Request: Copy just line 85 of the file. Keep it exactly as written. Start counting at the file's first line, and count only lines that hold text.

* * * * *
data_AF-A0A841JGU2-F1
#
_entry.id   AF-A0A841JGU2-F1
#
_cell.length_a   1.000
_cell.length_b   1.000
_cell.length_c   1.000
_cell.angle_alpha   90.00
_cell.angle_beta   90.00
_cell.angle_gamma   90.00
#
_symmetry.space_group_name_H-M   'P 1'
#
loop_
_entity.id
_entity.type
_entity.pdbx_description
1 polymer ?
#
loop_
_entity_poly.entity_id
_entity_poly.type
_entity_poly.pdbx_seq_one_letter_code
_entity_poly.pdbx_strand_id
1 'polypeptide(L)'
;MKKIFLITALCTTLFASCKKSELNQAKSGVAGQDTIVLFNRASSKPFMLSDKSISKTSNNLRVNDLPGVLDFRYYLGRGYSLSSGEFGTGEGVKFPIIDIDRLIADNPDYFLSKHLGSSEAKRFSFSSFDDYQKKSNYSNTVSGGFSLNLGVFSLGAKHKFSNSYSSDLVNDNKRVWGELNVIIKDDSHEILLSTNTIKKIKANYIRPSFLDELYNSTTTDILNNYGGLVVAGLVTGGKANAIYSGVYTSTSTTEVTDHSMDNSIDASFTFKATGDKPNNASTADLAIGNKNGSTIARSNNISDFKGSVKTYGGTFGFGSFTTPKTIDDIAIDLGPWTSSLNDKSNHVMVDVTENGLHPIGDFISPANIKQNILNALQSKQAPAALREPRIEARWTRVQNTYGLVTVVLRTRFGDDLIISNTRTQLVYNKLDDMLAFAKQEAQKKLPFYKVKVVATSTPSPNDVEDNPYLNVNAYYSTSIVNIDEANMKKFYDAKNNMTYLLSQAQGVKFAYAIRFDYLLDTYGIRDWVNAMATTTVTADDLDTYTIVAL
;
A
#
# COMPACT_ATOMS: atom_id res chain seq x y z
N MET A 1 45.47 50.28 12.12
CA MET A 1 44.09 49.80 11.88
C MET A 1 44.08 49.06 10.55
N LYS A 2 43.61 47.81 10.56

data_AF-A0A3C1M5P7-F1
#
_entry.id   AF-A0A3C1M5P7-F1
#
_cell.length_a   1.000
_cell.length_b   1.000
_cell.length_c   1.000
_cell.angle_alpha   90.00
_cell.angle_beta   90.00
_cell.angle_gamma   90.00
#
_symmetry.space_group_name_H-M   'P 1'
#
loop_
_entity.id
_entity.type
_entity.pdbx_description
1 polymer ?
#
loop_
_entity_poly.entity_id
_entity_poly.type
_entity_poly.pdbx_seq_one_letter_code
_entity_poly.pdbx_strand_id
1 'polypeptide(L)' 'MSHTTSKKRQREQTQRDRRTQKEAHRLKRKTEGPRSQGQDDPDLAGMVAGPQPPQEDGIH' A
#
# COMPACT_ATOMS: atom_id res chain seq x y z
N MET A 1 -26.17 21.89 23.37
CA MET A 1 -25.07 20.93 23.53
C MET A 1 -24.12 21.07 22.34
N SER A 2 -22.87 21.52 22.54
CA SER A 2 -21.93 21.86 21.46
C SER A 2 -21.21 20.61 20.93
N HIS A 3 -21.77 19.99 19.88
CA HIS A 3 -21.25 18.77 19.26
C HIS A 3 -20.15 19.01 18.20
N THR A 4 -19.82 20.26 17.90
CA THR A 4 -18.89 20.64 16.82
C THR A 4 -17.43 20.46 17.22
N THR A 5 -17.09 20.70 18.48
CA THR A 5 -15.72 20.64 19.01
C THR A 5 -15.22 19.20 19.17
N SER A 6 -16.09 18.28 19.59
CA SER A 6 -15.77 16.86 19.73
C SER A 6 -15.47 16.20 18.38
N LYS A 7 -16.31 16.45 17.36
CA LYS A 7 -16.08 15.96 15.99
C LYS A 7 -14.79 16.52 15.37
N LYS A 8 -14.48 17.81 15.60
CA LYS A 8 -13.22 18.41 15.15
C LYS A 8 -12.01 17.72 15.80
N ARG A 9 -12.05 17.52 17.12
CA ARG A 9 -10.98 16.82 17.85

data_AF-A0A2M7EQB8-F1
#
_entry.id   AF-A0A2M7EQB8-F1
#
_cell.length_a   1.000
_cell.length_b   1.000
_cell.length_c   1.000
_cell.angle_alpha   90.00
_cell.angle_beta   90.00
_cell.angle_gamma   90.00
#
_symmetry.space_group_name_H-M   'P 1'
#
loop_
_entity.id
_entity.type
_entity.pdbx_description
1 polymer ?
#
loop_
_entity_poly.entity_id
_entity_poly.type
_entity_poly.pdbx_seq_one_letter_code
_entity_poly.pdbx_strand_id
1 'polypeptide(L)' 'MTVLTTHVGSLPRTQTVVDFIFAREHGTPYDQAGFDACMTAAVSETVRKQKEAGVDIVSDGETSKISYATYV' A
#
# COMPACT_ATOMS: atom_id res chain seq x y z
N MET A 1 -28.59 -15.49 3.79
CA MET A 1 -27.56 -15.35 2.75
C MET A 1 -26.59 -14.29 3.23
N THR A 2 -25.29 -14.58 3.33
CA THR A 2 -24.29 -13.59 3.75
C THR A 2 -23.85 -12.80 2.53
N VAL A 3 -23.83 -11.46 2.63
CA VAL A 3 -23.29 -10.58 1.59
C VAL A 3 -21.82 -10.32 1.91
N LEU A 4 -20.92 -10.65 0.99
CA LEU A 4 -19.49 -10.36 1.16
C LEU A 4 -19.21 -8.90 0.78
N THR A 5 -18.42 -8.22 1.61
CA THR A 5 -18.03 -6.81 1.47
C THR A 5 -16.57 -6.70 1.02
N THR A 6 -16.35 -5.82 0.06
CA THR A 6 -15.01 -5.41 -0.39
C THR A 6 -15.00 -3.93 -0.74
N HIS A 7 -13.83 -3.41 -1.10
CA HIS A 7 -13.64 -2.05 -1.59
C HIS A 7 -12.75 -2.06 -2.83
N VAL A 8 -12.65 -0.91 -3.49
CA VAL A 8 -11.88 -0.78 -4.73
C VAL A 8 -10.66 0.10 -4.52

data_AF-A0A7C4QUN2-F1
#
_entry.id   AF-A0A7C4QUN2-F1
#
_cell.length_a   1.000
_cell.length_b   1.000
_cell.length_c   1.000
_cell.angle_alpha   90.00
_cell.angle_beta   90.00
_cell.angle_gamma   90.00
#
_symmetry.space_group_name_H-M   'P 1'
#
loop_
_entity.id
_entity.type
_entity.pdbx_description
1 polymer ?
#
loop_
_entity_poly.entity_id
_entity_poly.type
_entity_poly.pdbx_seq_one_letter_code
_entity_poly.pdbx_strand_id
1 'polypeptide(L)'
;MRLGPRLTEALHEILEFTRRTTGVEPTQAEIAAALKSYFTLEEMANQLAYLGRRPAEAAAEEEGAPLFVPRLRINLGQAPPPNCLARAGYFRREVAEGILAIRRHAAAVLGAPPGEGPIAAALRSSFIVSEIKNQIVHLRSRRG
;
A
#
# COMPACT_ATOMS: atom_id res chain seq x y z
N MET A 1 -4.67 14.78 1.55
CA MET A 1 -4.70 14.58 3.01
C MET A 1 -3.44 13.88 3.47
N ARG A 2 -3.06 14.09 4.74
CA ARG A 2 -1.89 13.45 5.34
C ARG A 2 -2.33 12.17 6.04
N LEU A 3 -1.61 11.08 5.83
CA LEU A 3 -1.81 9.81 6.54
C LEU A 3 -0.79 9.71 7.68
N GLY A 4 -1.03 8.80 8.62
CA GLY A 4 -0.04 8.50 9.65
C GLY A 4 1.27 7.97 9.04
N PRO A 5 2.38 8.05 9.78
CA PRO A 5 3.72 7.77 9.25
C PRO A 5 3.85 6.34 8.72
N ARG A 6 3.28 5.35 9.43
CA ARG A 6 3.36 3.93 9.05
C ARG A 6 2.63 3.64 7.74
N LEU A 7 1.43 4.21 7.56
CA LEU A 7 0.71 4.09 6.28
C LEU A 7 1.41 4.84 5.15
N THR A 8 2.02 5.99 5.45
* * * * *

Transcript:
C LYS A 8 -12.01 17.72 15.80